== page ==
“By the brilliant design of Dr. King and the movement’s leaders, each chapter of the civil rights struggle played out dramatically on the evening news,” said Andy Lack. “Powerful images beamed into living rooms, haunted Americans and eventually brought about historic change. Today’s movements have smartphones and live streams – but they still depend on the sheer force of video and pictures to tell a story and move people to action.”

The documentary film was produced and directed by award-winning producer and directors Rachel Dretzin and Phil Bertelsen. It is narrated by Lester Holt, anchor of “NBC Nightly News with Lester Holt” and features interviews with activists including Ernest Green, one of the Little Rock Nine; Congresswoman Eleanor Holmes Norton; Rev. Jesse Jackson; Congressman John Lewis, former chairman of the Student Nonviolent Coordinating Committee; Bob Moses, leader of the Student Nonviolent Coordinating Committee; Diane Nash, founding member of the Student Nonviolent Coordinating Committee; Brittany Packnett, Vice President of National Community Alliances for Teach For America and member of the Ferguson Commission; Rev. Al Sharpton, president and founder of the National Action Network and host of MSNBC’s “PoliticsNation”; C.T. Vivian, Presidential Medal of Freedom recipient; and many more. Additionally, the cross-generational group of history-making reporters who covered the civil rights movement and are reporting today’s crusade include: Joseph Boyce, the first black reporter for the Chicago Tribune; Taylor Branch, Pulitzer Prize-winning author of “America in the King Years”; Tom Brokaw, NBC News Special Correspondent; David Garrow, Pulitzer Prize-winning author of “Bearing the Cross: Martin Luther King, Jr., and the Southern Christian Leadership Conference”; Dorothy Gilliam, the first African-American female reporter at The Washington Post; Bryant Gumbel, host of HBO’s “Real Sports” and former co-host of NBC News’ “TODAY”; Nikole Hannah-Jones, writer for The New York Times Magazine; Chris Hayes, host of MSNBC’s “All In with Chris Hayes”; Hank Klibanoff, Pulitzer Prize-winning co-author of “The Race Beat”; Bill Kovach, former Washington Bureau chief of The New York Times; Moses Newson, former reporter for The Baltimore Afro American; Bill Plante, former CBS News senior White House Correspondent; Dan Rather, former anchor of “CBS Evening News”; Joy Reid, host of MSNBC’s “AM Joy”; Hedrick Smith, former reporter and editor for The New York Times; Gay Talese, former reporter for The New York Times; Richard Valeriani, former NBC News correspondent; and Curtis Wilkie, author and former reporter for the Clarksdale Press Register; among others.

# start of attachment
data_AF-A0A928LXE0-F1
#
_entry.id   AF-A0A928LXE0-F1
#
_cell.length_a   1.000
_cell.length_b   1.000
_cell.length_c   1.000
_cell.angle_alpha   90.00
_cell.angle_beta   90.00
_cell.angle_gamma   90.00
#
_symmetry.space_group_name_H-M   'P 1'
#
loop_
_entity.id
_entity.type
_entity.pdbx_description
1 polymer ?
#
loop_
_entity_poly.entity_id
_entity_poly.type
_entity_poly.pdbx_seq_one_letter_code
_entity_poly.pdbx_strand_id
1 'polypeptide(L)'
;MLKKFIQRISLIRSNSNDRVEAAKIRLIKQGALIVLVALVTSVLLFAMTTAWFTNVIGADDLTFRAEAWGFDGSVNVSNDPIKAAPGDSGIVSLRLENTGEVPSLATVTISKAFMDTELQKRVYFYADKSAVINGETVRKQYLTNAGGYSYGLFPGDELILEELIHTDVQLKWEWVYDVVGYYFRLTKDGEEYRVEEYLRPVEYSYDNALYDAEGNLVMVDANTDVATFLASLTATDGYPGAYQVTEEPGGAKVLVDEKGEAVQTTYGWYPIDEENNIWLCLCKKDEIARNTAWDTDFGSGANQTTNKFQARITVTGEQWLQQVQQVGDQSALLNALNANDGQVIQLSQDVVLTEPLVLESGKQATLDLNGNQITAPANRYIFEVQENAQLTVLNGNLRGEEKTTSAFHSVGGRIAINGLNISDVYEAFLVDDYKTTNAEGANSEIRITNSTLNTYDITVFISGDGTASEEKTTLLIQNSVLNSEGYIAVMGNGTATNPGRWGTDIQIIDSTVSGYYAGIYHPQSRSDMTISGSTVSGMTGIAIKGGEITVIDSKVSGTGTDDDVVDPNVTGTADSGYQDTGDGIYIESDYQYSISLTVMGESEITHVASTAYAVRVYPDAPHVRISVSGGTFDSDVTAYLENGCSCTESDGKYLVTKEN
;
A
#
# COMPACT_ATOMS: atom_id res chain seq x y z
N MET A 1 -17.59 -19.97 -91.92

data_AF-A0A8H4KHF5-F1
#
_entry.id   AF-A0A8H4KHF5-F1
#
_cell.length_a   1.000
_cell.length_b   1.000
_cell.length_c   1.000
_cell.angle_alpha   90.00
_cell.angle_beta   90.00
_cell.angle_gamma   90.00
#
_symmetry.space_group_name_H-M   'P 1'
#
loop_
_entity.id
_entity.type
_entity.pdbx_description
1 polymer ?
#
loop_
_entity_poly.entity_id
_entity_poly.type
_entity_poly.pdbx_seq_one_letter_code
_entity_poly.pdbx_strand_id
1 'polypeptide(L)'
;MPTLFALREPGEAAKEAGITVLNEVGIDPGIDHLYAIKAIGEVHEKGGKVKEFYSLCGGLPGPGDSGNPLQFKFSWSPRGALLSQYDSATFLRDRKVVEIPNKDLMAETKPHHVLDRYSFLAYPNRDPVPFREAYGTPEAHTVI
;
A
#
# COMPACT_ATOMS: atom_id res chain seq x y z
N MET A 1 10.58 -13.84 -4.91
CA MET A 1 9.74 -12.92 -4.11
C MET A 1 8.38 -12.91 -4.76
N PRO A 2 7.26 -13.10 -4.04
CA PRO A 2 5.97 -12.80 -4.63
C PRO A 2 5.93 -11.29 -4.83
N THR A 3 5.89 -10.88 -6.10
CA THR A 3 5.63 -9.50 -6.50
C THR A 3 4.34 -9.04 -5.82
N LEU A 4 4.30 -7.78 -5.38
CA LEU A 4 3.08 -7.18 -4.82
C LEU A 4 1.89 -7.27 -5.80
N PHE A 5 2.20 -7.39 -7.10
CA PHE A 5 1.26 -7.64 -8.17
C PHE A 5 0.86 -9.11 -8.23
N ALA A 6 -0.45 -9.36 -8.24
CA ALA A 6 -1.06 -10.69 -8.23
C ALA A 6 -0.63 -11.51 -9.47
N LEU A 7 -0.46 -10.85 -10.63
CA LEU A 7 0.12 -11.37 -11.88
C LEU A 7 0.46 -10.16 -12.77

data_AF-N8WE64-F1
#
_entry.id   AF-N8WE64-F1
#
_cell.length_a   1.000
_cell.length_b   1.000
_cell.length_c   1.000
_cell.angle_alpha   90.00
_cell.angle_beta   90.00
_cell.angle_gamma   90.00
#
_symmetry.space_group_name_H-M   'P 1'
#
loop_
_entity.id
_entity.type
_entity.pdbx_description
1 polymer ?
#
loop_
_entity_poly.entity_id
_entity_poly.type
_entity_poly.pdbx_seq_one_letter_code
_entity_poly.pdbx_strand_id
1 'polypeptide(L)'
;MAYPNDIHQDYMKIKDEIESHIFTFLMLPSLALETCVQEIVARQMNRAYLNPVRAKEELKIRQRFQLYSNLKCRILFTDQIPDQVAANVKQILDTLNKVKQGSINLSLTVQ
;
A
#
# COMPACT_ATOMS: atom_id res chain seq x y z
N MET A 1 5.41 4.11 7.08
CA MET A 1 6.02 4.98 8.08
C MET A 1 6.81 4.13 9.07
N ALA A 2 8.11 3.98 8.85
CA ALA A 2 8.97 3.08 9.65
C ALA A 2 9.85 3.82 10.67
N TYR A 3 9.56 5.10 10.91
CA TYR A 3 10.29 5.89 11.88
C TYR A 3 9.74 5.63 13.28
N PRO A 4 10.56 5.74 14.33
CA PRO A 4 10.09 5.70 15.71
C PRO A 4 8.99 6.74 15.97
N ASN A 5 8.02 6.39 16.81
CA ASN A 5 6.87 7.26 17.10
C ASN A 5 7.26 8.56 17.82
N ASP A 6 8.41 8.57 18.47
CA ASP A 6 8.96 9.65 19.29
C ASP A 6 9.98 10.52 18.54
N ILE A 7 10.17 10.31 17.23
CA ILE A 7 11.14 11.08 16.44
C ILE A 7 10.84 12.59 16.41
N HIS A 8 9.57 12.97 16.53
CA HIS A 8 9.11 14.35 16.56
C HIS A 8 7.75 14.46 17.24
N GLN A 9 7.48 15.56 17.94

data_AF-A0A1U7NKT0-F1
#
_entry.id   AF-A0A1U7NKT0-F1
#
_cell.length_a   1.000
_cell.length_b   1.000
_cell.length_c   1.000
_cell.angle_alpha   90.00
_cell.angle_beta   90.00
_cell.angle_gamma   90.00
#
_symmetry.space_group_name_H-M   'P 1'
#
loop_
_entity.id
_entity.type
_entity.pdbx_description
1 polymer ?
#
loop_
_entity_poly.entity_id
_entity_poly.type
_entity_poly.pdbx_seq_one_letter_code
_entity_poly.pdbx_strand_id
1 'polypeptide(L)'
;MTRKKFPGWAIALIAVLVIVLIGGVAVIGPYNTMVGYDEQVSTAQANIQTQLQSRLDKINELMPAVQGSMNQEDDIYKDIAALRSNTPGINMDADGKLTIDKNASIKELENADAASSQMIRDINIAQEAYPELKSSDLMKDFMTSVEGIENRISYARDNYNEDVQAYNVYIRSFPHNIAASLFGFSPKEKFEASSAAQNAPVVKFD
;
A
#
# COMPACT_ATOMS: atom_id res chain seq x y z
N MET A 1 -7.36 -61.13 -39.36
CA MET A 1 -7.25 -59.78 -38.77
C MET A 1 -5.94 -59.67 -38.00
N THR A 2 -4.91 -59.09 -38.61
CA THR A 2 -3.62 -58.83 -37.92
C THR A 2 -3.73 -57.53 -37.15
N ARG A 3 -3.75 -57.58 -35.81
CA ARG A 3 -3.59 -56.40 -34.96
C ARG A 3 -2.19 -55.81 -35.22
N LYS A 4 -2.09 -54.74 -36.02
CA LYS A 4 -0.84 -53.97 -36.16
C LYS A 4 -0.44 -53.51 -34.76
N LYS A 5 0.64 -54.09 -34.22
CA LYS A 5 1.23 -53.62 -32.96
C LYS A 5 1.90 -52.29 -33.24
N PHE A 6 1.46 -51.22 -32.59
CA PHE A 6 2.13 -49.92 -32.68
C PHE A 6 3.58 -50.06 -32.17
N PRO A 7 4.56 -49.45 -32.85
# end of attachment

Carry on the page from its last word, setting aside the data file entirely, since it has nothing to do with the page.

In anticipation of the premiere of HOPE & FURY: MLK, THE MOVEMENT AND THE MEDIA, NBC News Digital presents NBCNews.com/MLK50, a digital hub where audiences can explore the momentous events of the civil rights movement, experience the captivating images outlined in the film, and learn more about the leading voices in the documentary. The site offers a trailer, streaming information and unique multimedia content, including additional archival footage, photo galleries, biographies and thought-provoking opinion and analysis from some of the documentary’s key figures, produced by NBC News THINK.

To honor Dr. King and the legacy of the civil rights movement, NBC News and MSNBC will host special screening events in New York City, Washington, D.C., and Atlanta. Follow @NBCNews and @MSNBC and join the conversation by using the hashtag #MLK50.

 

source:
Tracz, Hollie/NBCUniversal
[email protected]

The Largest ‘I AM A MAN’ Photo Reenactment to be Held in Memphis on Historic Beale Street


MEMPHIS, Tenn. – Withers Collection Museum and Gallery will commemorate the life and legacy of Dr. Martin Luther King Jr. and the 1968 Sanitation Workers with a photo reenactment of the iconic “I AM A MAN” photo from the 1968 Sanitation Workers Strike where the men held signs expressing their dignity.

Line-up for the photo shoot will start at Fourth and Beale which is approximately 20 feet from Withers Collection Museum and Gallery, the last photography studio of the late internationally renowned photojournalist Dr. Ernest C. Withers, Sr. The photo shoot line up will start at 8 a.m. and will merge into Memphis AFSCME Local 1733’s march to Mason Temple Church of God in Christ.

“We could not let this year pass without commemorating it in a very special way for Dr. King and the 1968 Sanitation Workers while honoring my father’s legacy in an epic reenactment photo shoot,” said Withers Collection Museum and Gallery Executive Director Rosalind Withers.

This photo will be an aerial shot overlooking historic Beale Street taken by the granddaughter of Dr. Withers, Mrs. Eboni Bullard. The prestigious photo will be displayed at the Withers Collection Museum and Gallery. The photo will also be displayed at the end of ’68 I AM A MAN, a new feature film executive produced by Southern Tales Entertainment.